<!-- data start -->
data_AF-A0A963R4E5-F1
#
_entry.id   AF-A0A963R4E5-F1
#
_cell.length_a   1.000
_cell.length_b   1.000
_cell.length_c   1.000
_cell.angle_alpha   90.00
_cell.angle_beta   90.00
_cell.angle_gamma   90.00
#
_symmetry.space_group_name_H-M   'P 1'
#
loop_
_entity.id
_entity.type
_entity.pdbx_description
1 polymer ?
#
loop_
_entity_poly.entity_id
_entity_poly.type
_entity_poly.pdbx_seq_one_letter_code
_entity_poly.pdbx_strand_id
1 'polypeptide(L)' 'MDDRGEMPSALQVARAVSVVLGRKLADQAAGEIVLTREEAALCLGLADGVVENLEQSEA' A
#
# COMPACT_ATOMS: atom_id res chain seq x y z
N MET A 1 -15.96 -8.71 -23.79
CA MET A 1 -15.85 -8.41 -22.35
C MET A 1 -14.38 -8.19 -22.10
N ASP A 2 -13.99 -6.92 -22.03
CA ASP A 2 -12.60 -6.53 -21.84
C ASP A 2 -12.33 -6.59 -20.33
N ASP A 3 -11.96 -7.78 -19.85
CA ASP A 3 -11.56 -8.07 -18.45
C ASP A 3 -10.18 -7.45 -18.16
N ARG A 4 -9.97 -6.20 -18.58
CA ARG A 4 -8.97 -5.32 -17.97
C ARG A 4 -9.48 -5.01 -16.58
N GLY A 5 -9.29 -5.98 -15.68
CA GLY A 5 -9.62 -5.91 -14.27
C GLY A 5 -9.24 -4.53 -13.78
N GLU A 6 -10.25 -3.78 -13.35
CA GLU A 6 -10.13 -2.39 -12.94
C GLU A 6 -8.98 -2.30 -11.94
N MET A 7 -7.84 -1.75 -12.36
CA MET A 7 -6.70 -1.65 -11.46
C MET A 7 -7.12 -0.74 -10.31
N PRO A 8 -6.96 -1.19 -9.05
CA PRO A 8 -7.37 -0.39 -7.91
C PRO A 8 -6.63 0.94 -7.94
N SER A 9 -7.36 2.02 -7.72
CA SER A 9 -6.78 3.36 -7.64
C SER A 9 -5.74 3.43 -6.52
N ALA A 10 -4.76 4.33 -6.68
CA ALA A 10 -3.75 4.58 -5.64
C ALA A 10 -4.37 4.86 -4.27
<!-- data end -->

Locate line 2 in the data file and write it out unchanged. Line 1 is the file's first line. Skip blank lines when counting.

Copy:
#